The decision can be downloaded from the SCOTUSblog here.

Ed Whelen has much more information and commentary on the decision here, and Tom Goldstein ( has a must-read post here. More from the SCOTUSblog here, here, and here.

I'm not a lawyer, nor do I play on on TV. Here then are some observations from an NRA member who believes strongly in the individual right to own firearms:

The Good News

Justice Scalia, writing for the majority, says outright that "The Second Amendment protects an individual right to possess a firearm unconnected with service in a militia and to use that arm for traditionally lawful purposes, such as self-defense at home." This in and of itself is a huge victory.

Scalia also knocks down the notion that the Second Amendment was meant to protect the "right" of the states to have their own militias, ie National Guard.

Also, as mentioned above, the court declared that "D.C.'s ban on handgun possession violates the Second Amendment." and that "The "inherent right of self-defense has been central to the Second Amendment right." This last one is big, because the anti-gunners want us to rely on the government for protection.

And lastly, the total ban on handguns was struck down: "The handgun ban amounts to a prohibition of an entire class of 'arms' that is overwhelmingly chosen by American society for that lawful purpose....banning from the home 'the most preferred firearm in the nation to 'keep' and use for protection of one's home and family,' would fail constitutional muster."" Take that, you liberal anti-gunners!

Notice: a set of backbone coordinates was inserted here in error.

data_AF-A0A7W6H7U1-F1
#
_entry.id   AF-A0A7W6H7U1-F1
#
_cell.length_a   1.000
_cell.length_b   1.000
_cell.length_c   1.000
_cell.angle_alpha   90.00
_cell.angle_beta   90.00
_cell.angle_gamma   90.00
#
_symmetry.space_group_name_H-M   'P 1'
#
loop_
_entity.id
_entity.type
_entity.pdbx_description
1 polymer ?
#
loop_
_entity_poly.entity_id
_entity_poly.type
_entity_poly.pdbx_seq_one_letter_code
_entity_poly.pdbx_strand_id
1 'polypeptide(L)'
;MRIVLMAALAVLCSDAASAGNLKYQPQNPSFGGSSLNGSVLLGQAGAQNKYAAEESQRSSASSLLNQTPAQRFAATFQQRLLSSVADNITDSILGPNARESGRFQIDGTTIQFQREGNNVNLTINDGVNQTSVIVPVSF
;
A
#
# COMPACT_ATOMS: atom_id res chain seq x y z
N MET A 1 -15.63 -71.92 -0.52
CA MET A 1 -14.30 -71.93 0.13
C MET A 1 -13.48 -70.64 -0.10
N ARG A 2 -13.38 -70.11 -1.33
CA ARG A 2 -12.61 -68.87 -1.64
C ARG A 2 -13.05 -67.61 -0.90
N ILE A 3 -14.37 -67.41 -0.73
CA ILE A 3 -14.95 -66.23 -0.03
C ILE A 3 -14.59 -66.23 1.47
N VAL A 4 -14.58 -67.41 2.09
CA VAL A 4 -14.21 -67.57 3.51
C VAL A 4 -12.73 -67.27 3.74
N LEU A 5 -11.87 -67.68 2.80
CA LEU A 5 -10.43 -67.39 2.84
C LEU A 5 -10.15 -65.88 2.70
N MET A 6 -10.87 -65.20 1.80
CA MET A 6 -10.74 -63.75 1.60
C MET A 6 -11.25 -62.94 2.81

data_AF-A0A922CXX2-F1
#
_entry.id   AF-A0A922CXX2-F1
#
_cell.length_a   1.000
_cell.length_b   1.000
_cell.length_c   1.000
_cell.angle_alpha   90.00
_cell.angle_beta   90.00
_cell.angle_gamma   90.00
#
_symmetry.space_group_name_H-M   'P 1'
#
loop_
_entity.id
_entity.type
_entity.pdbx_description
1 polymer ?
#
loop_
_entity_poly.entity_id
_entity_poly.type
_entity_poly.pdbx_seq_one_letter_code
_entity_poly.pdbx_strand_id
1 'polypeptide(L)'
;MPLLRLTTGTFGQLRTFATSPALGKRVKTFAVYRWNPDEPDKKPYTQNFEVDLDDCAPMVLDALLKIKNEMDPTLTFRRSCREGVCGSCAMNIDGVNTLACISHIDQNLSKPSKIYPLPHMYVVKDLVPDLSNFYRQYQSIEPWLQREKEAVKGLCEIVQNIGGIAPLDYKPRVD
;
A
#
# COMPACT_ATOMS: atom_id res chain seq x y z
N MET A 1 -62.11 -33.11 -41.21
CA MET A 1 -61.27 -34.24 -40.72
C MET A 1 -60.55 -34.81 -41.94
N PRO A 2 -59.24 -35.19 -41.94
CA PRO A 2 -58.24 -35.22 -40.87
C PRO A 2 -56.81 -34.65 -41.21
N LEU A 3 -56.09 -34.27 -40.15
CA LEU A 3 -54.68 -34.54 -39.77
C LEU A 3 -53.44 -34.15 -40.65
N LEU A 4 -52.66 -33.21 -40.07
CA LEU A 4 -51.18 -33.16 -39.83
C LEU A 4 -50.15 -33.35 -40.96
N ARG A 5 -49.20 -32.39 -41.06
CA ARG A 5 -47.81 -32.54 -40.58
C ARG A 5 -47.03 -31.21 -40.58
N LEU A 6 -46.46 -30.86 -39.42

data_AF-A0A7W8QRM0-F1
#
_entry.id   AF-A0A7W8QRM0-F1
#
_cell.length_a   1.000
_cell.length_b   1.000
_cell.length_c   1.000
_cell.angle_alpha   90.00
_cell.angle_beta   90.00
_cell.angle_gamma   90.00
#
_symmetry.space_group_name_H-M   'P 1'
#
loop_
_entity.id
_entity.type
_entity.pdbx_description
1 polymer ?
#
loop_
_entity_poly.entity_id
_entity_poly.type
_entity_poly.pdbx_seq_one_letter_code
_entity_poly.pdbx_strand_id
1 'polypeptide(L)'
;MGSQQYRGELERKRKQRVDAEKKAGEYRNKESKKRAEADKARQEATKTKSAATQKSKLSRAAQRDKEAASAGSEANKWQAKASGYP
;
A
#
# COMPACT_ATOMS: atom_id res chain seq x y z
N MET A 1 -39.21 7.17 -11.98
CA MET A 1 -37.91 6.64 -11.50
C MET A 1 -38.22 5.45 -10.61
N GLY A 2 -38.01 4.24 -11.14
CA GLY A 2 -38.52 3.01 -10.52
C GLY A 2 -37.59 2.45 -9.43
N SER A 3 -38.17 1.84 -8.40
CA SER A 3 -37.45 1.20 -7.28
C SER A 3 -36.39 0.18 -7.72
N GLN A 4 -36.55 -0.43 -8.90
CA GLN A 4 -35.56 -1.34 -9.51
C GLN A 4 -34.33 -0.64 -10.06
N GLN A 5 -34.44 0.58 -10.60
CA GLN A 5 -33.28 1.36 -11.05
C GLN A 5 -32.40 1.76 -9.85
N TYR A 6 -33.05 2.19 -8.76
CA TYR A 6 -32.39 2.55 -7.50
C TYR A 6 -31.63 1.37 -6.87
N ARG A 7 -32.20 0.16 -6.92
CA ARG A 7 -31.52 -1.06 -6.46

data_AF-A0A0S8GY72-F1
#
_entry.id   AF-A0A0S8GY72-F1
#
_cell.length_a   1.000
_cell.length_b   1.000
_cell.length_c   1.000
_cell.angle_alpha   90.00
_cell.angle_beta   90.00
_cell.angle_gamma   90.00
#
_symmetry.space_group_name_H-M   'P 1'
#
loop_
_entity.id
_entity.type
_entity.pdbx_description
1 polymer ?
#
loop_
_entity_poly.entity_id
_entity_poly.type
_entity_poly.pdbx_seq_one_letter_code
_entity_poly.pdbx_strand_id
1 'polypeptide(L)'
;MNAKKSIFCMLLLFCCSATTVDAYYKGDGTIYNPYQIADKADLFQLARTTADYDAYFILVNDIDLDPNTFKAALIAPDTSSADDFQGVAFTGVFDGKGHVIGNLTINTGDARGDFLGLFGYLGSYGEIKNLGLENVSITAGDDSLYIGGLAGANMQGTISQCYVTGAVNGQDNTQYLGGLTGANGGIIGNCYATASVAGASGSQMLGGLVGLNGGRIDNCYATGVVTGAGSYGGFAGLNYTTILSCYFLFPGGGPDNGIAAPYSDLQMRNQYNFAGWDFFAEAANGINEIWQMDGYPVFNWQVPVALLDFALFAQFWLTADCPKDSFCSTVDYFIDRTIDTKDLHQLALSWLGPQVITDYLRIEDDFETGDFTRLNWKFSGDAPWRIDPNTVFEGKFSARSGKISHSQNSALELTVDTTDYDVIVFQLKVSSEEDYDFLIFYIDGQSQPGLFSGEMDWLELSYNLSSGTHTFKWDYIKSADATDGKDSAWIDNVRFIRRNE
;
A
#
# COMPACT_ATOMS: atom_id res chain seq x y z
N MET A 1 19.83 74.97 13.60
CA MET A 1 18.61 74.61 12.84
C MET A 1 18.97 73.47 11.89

The Bad News

While a victory is a victory, I wish it had been by a lot more than 5-4. That 4 justices see the Second Amendment as a "collective" right is disturbing.

The decision left the door open to gun bans beyond automatic weapons ("machine guns" for you non-gun types). "We do not cast doubt on concealed-weapons prohibitions...the sorts of weapons protected are the sorts of small arms that were lawfully possessed at home at the time of the Second Amendment's ratification, not those most useful in military service today, so "M-16 rifles and the like" may be banned"

So there's still going to be much fighting in legislatures. The anti-gunners can still ban "scary" guns.

Finally, the "licensing scheme" business is troubling. The court said that "Respondent conceded at oral argument that he does not 'have a problem with . . . licensing' and that the District's law is permissible so long as it is 'not enforced in an arbitrary and capricious manner.'" which seems to mean that jurisdictions may require a license to own a firearm, but can't be used in a manner to as to create a de facto firearms ban. This, too, opens the door to many court cases.

The Dangers

A change of one justice and a 5-4 decision is reversed. For all the liberals talk about stare decisis with regard to Roe v. Wade, you can bet you'll never hear the term if they think they can reverse this decision.